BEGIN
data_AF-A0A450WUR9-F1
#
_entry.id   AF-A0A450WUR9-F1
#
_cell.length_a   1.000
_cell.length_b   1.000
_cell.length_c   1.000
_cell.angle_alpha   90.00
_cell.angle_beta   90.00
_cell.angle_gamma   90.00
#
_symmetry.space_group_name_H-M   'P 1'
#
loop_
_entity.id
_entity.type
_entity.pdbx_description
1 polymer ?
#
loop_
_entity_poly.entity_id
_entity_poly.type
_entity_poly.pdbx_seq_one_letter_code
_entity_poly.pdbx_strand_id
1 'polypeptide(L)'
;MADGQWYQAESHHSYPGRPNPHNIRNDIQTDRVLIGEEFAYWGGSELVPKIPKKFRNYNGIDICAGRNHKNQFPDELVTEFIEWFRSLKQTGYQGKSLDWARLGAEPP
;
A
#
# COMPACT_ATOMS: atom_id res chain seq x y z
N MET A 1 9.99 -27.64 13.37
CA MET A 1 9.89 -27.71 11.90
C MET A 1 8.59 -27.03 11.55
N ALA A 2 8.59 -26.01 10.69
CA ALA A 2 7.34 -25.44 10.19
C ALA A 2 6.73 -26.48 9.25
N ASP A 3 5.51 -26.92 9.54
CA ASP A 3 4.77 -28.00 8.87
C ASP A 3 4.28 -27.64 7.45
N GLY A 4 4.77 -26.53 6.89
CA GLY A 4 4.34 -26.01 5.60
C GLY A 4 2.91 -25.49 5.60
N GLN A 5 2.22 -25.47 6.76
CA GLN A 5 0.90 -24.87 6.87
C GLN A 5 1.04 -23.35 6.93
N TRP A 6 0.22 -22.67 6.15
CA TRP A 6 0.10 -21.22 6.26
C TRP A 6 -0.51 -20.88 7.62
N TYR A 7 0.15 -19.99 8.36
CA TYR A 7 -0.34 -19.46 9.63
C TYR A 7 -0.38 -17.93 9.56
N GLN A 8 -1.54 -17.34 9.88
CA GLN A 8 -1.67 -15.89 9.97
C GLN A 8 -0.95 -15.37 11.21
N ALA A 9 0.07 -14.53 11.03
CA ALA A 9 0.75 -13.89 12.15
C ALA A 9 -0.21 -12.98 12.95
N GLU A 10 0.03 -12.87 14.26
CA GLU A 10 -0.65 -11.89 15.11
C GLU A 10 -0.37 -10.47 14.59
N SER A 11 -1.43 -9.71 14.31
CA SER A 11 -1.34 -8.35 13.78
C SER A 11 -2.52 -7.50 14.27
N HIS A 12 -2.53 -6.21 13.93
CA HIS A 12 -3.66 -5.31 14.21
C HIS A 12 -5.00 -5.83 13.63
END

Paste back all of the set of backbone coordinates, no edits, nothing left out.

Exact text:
data_AF-A0A450WUR9-F1
#
_entry.id   AF-A0A450WUR9-F1
#
_cell.length_a   1.000
_cell.length_b   1.000
_cell.length_c   1.000
_cell.angle_alpha   90.00
_cell.angle_beta   90.00
_cell.angle_gamma   90.00
#
_symmetry.space_group_name_H-M   'P 1'
#
loop_
_entity.id
_entity.type
_entity.pdbx_description
1 polymer ?
#
loop_
_entity_poly.entity_id
_entity_poly.type
_entity_poly.pdbx_seq_one_letter_code
_entity_poly.pdbx_strand_id
1 'polypeptide(L)'
;MADGQWYQAESHHSYPGRPNPHNIRNDIQTDRVLIGEEFAYWGGSELVPKIPKKFRNYNGIDICAGRNHKNQFPDELVTEFIEWFRSLKQTGYQGKSLDWARLGAEPP
;
A
#
# COMPACT_ATOMS: atom_id res chain seq x y z
N MET A 1 9.99 -27.64 13.37
CA MET A 1 9.89 -27.71 11.90
C MET A 1 8.59 -27.03 11.55
N ALA A 2 8.59 -26.01 10.69
CA ALA A 2 7.34 -25.44 10.19
C ALA A 2 6.73 -26.48 9.25
N ASP A 3 5.51 -26.92 9.54
CA ASP A 3 4.77 -28.00 8.87
C ASP A 3 4.28 -27.64 7.45
N GLY A 4 4.77 -26.53 6.89
CA GLY A 4 4.34 -26.01 5.60
C GLY A 4 2.91 -25.49 5.60
N GLN A 5 2.22 -25.47 6.76
CA GLN A 5 0.90 -24.87 6.87
C GLN A 5 1.04 -23.35 6.93
N TRP A 6 0.22 -22.67 6.15
CA TRP A 6 0.10 -21.22 6.26
C TRP A 6 -0.51 -20.88 7.62
N TYR A 7 0.15 -19.99 8.36
CA TYR A 7 -0.34 -19.46 9.63
C TYR A 7 -0.38 -17.93 9.56
N GLN A 8 -1.54 -17.34 9.88
CA GLN A 8 -1.67 -15.89 9.97
C GLN A 8 -0.95 -15.37 11.21
N ALA A 9 0.07 -14.53 11.03
CA ALA A 9 0.75 -13.89 12.15
C ALA A 9 -0.21 -12.98 12.95
N GLU A 10 0.03 -12.87 14.26
CA GLU A 10 -0.65 -11.89 15.11
C GLU A 10 -0.37 -10.47 14.59
N SER A 11 -1.43 -9.71 14.31
CA SER A 11 -1.34 -8.35 13.78
C SER A 11 -2.52 -7.50 14.27
N HIS A 12 -2.53 -6.21 13.93
CA HIS A 12 -3.66 -5.31 14.21
C HIS A 12 -5.00 -5.83 13.63